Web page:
White horses, bulls, pink flamingos, rice, salt, culture, and the economics of the Camargue region are all interconnected in this surreal geo-triangle in the south of France.
The White Horses
The Camargue region spreads over more than 360 square miles of pastureland and wetlands formed by the two branches of the River Rhône and the Mediterranean. The largest river delta in Europe, the Camargue is a thriving center of agriculture and tourism.
Wetlands and grasslands of the Camargue
While the area appears to be a “natural” wilderness, it is, in fact, “manipulated” to maintain its sophisticated biodiversity. Most specifically, in the last century alone, enlightened promoters of the Camargue have demonstrated how the creative and sensitive management of water levels can create a productive environment for man and living creatures instead of a desolate, salty wasteland, good for nothing but the extraction of salt.
White Horses of the Camargue
The breed of “white horses” found in the Camargue is believed to have appeared in the Paleozoic era (Solutre horses). They are thought by some to have come from along the Silk Roads, the Steppe grasslands of Eurasia that run from modern Hungary to Mongolia.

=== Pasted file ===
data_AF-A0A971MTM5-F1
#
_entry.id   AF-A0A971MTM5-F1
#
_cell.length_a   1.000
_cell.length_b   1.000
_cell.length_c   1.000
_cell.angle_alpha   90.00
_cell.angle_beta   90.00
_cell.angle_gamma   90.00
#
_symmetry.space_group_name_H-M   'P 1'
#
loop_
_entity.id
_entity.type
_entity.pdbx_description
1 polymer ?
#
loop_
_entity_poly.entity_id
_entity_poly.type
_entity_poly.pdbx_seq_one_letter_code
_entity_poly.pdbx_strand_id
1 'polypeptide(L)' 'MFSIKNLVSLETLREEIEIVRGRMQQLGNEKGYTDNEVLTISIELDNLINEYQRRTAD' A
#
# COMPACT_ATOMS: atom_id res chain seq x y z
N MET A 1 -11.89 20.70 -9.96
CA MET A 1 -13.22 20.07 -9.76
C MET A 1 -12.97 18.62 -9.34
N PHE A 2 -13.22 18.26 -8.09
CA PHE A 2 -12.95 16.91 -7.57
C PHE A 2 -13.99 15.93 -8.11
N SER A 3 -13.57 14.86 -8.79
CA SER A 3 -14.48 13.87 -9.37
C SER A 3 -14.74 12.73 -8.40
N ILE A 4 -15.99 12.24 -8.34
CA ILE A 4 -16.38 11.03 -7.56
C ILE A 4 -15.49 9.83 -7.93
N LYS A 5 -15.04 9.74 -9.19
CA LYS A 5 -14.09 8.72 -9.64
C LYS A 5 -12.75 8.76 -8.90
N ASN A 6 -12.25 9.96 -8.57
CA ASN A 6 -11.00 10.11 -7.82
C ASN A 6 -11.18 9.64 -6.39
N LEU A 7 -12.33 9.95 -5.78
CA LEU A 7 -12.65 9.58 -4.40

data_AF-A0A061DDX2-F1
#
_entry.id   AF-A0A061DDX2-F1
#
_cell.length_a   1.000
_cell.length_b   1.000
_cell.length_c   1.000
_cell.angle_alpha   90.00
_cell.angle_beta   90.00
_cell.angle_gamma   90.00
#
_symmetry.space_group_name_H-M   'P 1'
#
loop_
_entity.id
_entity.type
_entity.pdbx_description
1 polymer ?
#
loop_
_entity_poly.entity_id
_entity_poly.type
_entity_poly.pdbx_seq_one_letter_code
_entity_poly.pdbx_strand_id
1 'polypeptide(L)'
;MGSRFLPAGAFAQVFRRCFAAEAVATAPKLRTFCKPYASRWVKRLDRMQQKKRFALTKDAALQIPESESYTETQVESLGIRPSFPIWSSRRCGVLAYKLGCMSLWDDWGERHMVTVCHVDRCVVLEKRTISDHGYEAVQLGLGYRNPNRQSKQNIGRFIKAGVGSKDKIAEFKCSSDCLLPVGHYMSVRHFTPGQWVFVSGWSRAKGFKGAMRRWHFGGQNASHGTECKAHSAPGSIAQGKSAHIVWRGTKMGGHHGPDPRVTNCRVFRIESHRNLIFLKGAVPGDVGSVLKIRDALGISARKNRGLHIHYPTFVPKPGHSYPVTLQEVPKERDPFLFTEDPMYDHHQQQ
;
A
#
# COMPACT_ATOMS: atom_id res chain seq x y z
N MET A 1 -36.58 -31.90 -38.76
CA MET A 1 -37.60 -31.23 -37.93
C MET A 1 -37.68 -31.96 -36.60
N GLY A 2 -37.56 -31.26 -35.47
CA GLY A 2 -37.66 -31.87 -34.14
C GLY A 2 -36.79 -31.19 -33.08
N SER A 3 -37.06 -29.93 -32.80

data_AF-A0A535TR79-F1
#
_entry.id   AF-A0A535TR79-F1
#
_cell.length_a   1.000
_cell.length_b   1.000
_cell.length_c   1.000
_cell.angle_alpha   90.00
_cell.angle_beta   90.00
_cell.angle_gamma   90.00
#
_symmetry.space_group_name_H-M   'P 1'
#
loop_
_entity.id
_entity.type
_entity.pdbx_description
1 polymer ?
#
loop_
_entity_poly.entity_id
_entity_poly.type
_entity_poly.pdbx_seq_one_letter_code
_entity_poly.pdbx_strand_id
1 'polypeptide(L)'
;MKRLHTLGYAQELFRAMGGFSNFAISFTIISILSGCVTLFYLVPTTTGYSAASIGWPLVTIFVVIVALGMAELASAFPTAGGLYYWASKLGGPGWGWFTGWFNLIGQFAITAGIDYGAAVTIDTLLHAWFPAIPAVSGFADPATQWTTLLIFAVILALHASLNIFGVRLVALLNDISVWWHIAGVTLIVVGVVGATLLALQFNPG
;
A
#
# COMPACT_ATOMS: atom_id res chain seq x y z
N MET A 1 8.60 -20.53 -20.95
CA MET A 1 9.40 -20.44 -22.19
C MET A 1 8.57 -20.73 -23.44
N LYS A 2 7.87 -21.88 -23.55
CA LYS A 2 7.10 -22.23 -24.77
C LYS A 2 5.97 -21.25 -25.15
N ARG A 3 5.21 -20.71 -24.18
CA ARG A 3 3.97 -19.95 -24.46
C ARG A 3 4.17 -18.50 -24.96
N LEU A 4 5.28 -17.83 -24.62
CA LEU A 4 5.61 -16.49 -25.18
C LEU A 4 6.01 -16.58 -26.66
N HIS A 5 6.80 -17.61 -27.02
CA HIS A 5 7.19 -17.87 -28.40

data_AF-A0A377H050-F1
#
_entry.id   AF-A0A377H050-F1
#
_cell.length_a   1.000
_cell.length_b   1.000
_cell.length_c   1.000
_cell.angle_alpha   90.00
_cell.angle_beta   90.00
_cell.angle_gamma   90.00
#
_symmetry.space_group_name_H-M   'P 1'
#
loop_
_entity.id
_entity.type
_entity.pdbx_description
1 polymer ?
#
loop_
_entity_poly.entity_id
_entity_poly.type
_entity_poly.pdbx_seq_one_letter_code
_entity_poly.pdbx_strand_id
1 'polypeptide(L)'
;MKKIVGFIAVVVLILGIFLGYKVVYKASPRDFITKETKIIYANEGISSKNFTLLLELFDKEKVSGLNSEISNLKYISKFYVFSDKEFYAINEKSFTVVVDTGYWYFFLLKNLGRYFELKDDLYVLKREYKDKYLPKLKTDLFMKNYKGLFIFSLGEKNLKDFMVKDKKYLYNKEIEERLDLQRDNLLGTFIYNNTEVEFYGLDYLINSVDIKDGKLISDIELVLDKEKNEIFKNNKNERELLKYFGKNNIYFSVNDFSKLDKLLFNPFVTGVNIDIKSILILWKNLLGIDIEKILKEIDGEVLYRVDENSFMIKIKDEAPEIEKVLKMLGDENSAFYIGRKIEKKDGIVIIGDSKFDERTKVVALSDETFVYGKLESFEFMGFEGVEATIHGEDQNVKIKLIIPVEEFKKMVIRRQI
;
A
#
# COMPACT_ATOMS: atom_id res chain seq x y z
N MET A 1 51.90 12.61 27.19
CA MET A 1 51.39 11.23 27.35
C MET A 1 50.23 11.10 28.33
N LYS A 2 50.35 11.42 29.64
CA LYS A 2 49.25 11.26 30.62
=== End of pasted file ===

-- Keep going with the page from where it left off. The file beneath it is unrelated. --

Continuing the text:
Nomad horseback riders from the Steppe are typified by Genghis Khan, leader of the Mongols, and the Huns, led by Attila. Steppe warriors migrated south, seeking better lands. They waged war with inhabitants on the way, including the Romans. Along with them, the nomads brought their strong horses that had ruled the marshes for centuries.
The horses had large hooves for walking in muddy waters and white coats to endure the sun.
Those who believe in mythology say the white horses were a gift from Neptune, “Poseidon’s Horses,” given to man as his faithful companion and put on earth to share everyday riches.
While the Camargue horses appear to run free, they are well-managed by “cowboys” or “les gardians.”
Stallions roam the rocky grasslands– a tradition that has been respected for generations. The rustic breed only eats grass from the soil — no additives.
Bred properly, a Camargue mare produces only one foal annually by natural childbirth. There is no help from vets. Female horses must be quarantined one year after giving birth to allow time for rest.
Those who know these animals recognize they are intelligent. They are suitable for all types of endeavors — for work or show. It is essential to treat them gently but firmly. The trainer or handler needs to be in charge.
Visitors to the Camargue who wish to ride the white horses will find numerous stables and excursions available for all ages of riders. Entering the area is like a vacation playground with horses as one of the main attractions.
If you have a few minutes, take the time to watch this video I found on YouTube. The majesty of the magnificent creatures and the accompanying music will make your day.